Danny’s smiles are common to his students. He makes Sunday morning the highlight of my week. Pop culture references and his ever-popular “Borat” accent contribute to his fun-loving nature. At first glance, he may seem intimidating, but Danny is really like a big teddy bear. This large, bearded, man with spiked hair and glasses, clothed in thrift shop attire is more like a teenager than some students I know. Danny tries to live life to the fullest every moment. He wants to, “live with reckless abandonment to God’s call.”
Danny’s faith is firmly planted in the Bible as the source of religious truth. His simplistic style of living reflects his opinion that modern Christians are better at being modern Americans. Danny lives by compassion, Splanknizomai in Greek. In his wisdom, he told me that the splankna were the bowels. He says, “When Jesus had compassion on the crowds in Matthew 9, he was not feeling pity because pity is too condescending, nor was he feeling empathy because it is too distant. He was feeling a gut-wrenching pain for those in need.” Danny wants to remember to live and die in God as his life verse, Galatians 2:20 says, “I have been crucified with Christ and I no longer live, but Christ lives in me. The life I live in the body, I live by faith in the Son of God, who loved me and gave himself for me.”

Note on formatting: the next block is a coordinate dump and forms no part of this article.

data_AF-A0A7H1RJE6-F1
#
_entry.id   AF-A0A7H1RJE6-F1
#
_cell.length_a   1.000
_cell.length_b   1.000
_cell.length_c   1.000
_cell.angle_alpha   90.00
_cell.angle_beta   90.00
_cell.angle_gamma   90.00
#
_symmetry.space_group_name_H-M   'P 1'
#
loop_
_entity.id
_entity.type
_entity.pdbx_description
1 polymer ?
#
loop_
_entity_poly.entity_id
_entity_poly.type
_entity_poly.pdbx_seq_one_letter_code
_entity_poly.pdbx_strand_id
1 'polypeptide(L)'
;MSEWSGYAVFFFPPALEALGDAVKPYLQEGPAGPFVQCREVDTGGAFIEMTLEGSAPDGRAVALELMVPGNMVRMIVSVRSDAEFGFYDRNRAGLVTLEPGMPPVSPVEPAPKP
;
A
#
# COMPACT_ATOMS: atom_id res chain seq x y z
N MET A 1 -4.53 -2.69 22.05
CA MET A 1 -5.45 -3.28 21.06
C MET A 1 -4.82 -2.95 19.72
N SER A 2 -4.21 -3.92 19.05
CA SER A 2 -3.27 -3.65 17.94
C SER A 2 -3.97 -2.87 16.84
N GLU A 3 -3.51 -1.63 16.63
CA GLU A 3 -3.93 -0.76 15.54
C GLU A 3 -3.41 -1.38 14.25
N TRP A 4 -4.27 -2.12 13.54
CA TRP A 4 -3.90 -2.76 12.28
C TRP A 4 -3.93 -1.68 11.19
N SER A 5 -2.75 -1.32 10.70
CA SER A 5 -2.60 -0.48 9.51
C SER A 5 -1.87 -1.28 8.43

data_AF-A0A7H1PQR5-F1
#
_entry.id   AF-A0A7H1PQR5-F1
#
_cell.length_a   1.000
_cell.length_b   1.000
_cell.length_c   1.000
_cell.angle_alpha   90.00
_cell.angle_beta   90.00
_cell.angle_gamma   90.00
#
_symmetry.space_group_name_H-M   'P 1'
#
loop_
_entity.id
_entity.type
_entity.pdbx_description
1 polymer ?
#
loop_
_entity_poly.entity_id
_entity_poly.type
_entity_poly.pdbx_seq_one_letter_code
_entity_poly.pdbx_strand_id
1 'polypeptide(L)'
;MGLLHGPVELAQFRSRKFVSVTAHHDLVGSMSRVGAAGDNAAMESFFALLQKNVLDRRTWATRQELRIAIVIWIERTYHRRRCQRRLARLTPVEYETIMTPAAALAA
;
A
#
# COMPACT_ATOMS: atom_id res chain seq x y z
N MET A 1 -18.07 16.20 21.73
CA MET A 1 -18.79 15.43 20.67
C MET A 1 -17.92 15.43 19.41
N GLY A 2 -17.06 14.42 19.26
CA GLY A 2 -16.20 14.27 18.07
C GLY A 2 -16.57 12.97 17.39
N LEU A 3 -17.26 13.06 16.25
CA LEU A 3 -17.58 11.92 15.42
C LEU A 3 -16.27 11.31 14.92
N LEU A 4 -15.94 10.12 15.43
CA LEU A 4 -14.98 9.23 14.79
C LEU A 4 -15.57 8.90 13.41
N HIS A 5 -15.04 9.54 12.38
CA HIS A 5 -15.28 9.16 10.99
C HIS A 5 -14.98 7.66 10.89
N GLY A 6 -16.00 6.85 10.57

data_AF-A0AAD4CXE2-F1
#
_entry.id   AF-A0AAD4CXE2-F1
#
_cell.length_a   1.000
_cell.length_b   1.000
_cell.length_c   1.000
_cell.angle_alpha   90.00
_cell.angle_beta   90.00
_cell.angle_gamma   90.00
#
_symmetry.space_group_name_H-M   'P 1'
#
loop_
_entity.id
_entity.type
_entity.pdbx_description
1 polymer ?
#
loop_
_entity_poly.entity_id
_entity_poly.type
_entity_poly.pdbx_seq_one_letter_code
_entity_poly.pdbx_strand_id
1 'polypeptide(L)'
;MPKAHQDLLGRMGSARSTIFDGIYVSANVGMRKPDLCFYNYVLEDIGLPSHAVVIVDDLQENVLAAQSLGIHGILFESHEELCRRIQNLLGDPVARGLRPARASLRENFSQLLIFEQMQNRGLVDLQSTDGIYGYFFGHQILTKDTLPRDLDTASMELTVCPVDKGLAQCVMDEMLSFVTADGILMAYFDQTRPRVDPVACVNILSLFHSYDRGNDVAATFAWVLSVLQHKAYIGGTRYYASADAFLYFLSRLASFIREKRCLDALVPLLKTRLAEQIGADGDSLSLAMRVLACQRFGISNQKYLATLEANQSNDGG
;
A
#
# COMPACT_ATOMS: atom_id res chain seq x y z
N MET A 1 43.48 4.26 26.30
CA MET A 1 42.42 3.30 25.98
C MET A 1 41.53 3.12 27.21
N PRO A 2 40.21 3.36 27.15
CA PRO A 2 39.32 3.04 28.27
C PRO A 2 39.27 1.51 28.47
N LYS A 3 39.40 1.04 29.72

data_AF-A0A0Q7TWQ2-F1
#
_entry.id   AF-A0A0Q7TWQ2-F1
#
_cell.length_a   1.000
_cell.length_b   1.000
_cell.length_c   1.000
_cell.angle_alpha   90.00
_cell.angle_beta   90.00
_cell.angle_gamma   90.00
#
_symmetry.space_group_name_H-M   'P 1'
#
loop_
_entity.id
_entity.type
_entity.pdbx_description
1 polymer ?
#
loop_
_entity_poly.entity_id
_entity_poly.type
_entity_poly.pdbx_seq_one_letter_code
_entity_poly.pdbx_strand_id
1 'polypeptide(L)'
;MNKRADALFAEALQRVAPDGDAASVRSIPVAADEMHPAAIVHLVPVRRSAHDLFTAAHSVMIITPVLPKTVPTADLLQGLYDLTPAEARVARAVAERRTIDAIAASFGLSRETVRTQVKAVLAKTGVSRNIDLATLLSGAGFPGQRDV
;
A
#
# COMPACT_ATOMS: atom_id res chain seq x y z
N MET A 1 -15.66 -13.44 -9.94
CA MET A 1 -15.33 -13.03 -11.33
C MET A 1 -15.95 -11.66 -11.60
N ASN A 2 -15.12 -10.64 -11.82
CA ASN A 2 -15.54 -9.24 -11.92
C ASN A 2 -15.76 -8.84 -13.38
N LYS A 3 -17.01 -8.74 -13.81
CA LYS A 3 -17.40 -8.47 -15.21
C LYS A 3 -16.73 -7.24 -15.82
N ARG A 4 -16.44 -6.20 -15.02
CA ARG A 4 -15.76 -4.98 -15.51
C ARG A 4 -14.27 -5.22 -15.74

Heroes do not have to fly, have double lives, or wear capes (but I would not be surprised if he did). Heroes have to be willing to sacrifice themselves for the sake of helping others. Gandhi was once asked what he feared most, and replied, “Educated minds without souls.” Danny is quite possibly the most soulful person I have ever met. He knows how to live life to fullest, and he sees the task at hand to change the world. Danny Wright is my hero because he is truly himself: a great, selfless, faithful guy.